I procrastinate because I’m a perfectionist. On an emotional level, it’s better to not do it at all then to feel like it’s not perfect. Most people procrastinate for the same reason, not because they’re lazy. Rather, they fear failure and psychologically they view something that’s not perfect as failure.
Clients share with me frustrations about not getting things done. They put off reading, exercise, eating healthy, hobbies, getting up early, going to bed early, building friendships, meeting new people, preparing for work projects, going on a dates with their spouse, and more. They know what they need to do, but they don’t do it.
Here are 4 strategies I use to help myself and clients overcome procrastination.
Key #1: Count the Cost if You Procrastinate
Identify tasks where, if you continue to procrastinate, the consequences could be significant in the long run. Activities, that if you neglect them, will harm friendships, hurt family, or cause long term health consequences. Connect how neglecting to do something now will impact your future in a negative way. The potential pain caused by not getting the most important things done is motivating.
Here are the types of comments I hear from clients as they count the cost.
“If I don’t overcome my fear of flying, I won’t be a viable candidate for a promotion.”
“Continuing to neglect my friendships will leave me with a lonely life 20 years from now.”
“If I keep neglecting my health like this, I will become diabetic.”
“Not challenging myself to learn and grow professionally is decreasing my career options.”
“If we don’t live by our budget, we’ll never have financial independence.”
Pay attention when you have thoughts like these. They’re clues to where you need to invest your energy. Feel the potential pain now so you won’t need to live with the consequences later. If you keep avoiding getting things done in an important area of your life (i.e. health, marriage, spiritually, etc.) what might be the long term cost?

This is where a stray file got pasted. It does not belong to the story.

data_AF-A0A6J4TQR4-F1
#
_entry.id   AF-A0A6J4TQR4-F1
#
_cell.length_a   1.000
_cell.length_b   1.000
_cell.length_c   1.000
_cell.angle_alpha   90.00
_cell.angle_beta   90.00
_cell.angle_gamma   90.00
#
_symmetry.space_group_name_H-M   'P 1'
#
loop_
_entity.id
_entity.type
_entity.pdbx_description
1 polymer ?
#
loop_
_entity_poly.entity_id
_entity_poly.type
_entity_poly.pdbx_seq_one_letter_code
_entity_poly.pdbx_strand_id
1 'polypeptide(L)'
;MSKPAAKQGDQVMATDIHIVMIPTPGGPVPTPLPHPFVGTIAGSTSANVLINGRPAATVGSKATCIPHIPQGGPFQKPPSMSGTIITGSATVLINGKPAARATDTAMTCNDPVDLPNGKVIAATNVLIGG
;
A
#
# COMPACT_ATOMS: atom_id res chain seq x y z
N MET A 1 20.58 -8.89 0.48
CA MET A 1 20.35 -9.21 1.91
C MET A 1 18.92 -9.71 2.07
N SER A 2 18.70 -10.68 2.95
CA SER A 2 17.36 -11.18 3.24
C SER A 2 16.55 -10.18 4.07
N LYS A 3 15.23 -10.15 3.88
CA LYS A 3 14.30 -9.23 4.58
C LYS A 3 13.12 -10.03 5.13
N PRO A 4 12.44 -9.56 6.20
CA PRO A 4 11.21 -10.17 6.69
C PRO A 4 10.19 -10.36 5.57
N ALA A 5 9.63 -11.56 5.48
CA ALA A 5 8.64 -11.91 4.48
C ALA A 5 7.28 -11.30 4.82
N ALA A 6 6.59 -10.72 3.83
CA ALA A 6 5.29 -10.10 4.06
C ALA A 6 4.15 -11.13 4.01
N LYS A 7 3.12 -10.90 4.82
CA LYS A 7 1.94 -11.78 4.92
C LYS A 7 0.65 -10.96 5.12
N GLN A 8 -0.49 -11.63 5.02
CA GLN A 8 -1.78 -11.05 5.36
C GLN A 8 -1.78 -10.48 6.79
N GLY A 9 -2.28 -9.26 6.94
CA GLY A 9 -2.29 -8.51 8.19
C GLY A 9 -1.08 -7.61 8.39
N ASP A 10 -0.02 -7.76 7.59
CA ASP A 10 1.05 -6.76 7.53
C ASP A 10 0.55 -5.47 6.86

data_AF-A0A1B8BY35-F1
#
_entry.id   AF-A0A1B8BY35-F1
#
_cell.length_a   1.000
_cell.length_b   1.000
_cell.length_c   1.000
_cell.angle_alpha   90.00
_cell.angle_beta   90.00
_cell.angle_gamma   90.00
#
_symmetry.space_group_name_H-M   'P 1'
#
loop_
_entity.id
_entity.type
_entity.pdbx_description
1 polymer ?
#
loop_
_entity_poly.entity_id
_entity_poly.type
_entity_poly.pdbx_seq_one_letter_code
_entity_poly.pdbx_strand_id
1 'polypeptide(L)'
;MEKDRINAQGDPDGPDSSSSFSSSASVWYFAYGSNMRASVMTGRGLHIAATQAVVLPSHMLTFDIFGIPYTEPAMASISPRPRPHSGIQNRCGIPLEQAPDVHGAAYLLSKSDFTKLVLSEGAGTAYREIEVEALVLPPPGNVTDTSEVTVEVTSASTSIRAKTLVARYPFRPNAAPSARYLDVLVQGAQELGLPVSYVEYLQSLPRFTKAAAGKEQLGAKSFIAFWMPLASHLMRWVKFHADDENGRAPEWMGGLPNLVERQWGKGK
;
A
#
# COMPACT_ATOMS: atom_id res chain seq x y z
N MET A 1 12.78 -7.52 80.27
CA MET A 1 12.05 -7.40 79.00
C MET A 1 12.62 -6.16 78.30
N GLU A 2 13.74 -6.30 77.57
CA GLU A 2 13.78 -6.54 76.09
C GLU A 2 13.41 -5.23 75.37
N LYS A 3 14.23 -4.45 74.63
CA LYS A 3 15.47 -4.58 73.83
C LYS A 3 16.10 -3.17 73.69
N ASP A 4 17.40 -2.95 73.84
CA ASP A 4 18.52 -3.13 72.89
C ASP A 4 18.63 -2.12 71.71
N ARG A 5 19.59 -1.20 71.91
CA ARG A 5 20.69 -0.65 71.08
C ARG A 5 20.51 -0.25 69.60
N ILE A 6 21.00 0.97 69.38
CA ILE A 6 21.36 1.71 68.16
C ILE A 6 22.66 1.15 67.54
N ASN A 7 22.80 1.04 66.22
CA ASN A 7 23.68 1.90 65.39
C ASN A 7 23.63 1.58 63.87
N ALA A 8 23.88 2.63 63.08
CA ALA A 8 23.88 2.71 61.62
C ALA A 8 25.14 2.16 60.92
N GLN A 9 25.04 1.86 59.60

Key #2: Break Down Tasks
If you keep putting off a project or feel overwhelmed by something you need to get done, break it down into 3 – 5 different manageable steps. Writing down steps and viewing them visually will psychologically allow you to start seeing the project as manageable. View each 15 minute increment of focused attention on a project as progress regardless of whether you complete the task or not. In actuality, each 15 minutes of focused attention is a step towards achieving your goal. Procrastination will become less of a temptation as you make projects more achievable.
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Key #3: Ask for Help
Ignoring my ego and asking for help is hard for me. Being vulnerable by letting people know I’m struggling almost always helps me. Support groups like Alcoholics Anonymous and Weight Watchers work when people openly share their challenges and accept the support of others. For years, my friend Dave and I asked each other questions weekly about important life areas that we tend to neglect. These conversations helped find new perspectives and prioritize the right people and tasks. What people can you ask for help in the areas you’re avoiding?
Key #4: Strategically Procrastinate
Give yourself the freedom to say “no”, delegate, and move slowly on many tasks. Neglect and disappoint the RIGHT tasks and people (i.e. those not high in importance). Using the 4 Quadrants of Time Management Matrix can help you see where you should focus. Maybe you should neglect cleaning your house so you can have more time with your friends today. Maybe you should hold off on responding to email so you can leave the office and go to the gym. Prioritizing the most important activities in your life pushes the less important to the side. Scheduling your priorities blesses you with legitimate reasons to say “no”. What are some things that should be less of a priority in your life?
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